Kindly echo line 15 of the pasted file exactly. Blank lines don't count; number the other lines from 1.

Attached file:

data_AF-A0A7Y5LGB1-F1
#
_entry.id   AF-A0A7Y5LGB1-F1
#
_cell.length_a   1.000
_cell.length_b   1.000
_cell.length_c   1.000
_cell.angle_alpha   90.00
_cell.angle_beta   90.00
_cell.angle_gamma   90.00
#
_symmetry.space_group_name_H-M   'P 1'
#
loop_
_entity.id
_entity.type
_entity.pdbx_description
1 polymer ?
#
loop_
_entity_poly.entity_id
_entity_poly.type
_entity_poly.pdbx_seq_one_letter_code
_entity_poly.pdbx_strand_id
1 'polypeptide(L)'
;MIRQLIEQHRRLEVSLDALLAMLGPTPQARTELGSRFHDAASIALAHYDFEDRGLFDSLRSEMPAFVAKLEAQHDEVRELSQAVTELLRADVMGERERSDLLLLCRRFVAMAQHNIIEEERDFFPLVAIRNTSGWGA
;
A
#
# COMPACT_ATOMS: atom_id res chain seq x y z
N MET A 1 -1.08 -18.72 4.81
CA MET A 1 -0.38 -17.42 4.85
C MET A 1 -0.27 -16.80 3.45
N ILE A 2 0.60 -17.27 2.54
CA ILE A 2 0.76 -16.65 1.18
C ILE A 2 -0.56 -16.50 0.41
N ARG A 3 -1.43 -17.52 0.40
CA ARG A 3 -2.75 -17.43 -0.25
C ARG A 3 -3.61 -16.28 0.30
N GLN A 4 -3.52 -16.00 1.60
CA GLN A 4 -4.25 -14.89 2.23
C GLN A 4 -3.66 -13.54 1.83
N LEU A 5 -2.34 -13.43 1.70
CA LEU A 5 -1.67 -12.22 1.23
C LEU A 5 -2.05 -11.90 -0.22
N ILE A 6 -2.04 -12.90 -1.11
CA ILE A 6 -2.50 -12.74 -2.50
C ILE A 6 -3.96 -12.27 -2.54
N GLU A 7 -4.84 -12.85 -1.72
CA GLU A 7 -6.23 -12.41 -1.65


_entity.id